-------------- Original message ----------------------
From: "Adam Phillips" <email@example.com>
> barely brushed the speedo cable coming out of the tranny with my forearm,
> and the plastic part kinda fell apart and disconnected. ... worked again
>fine....till tonite when it dropped to zero on my
> way home. Took a peek with the flashlight in the driveway, grabbed the cable
> and wiggled, hmm, nope, still all connected and snug like it shoud be. So im
> worried if somehow it stripped out whatever is inside the transmission? If
> this is the case, how crazy hard would that be to fix? Any ideas or
> suggestoins please :) Thanx!
Been there...done all of that. Here's the scoop.
The speedo drive gear is on a shaft that is inside the tranny case, and is not
removable without taking the whole tranny apart. Several bearings are lost as
they must be destroyed to disassemble the case. The replaceable driven gear is
on the bottom of the speed sensor, which is what the lower short speedo cable
plugs into. The sensor's main purpose is to tell the PCM whether the car is
moving or not, for throttle control, and it is also the source for the cruise
control. If there is binding in the speedo cable, the gears will take the
brunt of the punishment, and the drive gear will wear rapidly. The upper
speedo cable tends to be overheated where it approaches the EGR tube at the
corner of the intake manifold, and will disintegrate over time just above the
joint between it and the lower cable. This will initally cause bouncing of the
speedo needle, and ultimately cause the cable to fail.
If the speedo has suddenly quit, there either was binding somewhere in the
cable assembly, or it has partially popped out of the speed sensor. The way to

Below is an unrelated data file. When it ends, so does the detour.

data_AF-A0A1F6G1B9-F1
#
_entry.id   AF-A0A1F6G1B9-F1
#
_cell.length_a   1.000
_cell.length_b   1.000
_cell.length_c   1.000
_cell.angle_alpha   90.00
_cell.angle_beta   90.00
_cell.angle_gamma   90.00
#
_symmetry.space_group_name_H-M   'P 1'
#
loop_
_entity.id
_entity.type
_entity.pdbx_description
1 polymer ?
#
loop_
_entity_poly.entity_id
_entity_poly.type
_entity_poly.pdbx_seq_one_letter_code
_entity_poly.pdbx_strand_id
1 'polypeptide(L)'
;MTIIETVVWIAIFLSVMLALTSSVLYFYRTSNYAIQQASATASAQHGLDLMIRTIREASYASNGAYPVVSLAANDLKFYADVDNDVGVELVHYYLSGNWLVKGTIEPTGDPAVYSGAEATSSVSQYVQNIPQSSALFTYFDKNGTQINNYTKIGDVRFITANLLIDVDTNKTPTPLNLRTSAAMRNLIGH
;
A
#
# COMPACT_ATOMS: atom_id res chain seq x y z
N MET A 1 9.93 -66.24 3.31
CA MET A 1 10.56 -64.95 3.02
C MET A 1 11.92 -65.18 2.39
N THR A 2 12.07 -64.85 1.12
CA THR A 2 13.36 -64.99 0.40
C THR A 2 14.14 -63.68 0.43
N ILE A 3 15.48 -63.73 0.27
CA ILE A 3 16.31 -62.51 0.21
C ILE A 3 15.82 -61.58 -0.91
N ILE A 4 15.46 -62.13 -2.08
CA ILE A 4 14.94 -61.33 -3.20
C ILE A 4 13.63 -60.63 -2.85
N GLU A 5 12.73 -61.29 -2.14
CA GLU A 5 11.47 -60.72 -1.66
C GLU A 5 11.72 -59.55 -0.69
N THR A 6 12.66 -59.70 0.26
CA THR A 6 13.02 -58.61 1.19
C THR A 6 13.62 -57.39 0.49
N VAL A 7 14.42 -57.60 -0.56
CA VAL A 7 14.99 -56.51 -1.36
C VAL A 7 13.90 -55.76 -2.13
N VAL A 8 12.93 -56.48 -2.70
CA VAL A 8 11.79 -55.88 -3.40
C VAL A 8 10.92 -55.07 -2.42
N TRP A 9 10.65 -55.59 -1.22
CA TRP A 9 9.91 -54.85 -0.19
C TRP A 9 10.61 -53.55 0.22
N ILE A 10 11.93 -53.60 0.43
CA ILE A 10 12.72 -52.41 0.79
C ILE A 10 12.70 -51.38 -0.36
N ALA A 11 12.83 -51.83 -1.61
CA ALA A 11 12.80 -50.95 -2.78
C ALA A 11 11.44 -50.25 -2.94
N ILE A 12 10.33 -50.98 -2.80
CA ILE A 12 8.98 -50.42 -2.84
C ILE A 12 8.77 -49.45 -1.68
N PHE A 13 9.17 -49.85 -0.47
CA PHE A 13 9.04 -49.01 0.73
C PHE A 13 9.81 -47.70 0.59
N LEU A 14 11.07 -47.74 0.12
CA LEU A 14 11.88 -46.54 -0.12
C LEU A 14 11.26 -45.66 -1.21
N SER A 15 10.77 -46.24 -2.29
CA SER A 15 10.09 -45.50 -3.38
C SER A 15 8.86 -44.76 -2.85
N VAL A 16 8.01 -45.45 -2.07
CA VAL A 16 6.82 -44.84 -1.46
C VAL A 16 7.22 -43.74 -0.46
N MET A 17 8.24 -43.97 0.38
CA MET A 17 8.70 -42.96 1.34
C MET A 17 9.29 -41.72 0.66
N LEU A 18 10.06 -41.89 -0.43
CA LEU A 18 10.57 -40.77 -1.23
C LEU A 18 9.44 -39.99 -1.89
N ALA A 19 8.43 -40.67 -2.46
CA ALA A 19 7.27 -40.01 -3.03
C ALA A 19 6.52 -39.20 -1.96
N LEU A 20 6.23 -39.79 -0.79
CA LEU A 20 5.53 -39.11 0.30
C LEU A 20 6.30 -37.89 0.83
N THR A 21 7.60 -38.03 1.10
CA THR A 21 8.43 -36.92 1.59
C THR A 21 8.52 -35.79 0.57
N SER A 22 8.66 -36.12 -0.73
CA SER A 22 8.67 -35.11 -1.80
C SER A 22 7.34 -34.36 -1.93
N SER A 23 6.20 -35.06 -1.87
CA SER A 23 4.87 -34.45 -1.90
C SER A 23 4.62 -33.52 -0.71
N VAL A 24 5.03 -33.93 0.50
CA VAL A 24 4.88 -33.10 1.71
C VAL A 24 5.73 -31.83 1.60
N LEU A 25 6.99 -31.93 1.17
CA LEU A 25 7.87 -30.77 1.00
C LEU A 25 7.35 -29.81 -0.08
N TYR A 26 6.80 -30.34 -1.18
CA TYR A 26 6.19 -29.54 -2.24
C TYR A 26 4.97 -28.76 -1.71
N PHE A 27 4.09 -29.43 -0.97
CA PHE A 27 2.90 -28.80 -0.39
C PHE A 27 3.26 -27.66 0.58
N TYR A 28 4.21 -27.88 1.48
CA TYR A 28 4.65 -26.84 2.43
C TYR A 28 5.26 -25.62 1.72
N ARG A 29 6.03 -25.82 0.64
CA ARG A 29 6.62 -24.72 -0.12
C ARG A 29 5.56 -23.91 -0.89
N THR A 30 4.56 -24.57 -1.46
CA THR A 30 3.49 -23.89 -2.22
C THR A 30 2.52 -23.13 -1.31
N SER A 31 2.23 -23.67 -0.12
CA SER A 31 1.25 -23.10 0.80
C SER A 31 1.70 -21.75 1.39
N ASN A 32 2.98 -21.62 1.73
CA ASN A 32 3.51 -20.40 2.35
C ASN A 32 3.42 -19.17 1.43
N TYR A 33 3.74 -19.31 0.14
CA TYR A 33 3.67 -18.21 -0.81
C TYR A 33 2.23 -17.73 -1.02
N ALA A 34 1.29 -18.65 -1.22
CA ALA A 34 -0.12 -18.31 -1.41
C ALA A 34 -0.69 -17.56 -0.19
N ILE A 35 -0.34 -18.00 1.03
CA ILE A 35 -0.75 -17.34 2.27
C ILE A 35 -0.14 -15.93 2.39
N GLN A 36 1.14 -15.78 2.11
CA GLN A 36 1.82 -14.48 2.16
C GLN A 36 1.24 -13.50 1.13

test this is to remove the cable from the sensor by pulling it up, then
disconnecting the two cables and reconnecting the lower one to the sensor.
This procedure takes the risk of further hurting the sensor and/or gears
further out of the equation. With the car jacked up on one side, preferably
the right side for convenience, spin the front wheel either by hand with a
helper or use the engine at idle (with jackstands) to see if the end of the
cable is turning when the transmission is rotating. If the gears are OK, the
top of the cable as it sticks out of the housing will turn, and you will not be
able to stop it with your fingers. If it does not turn, or you can stop it,
your drive/driven gears are gone. That happened to me when I installed a
Rock-Auto replacement speedo cable in my car a year and a half ago. I kil!
gears within 5 minutes of trying to drive it with the new cable. With the
cable disconnected, I could still use the cruise, as the speed sensor does not
have enough drag to stop "my" gears from meshing. But they do not have the
capability to turn the speedo, even with new proper Ford cables. I used the
tach as a speedo until the car retired a few months later.
To everyone.....NEVER NEVER NEVER NEVER NEVER use a Rock Auto speedo cable.
They are totally wrong...too long, too rigid, misdesigned, and will not even
connect to the speedo head...the plastic clip is the wrong dimension. It's
JUNK!!!! I called them about it and the guy said "Send me pictures so we can
improve it".....never heard from him again.
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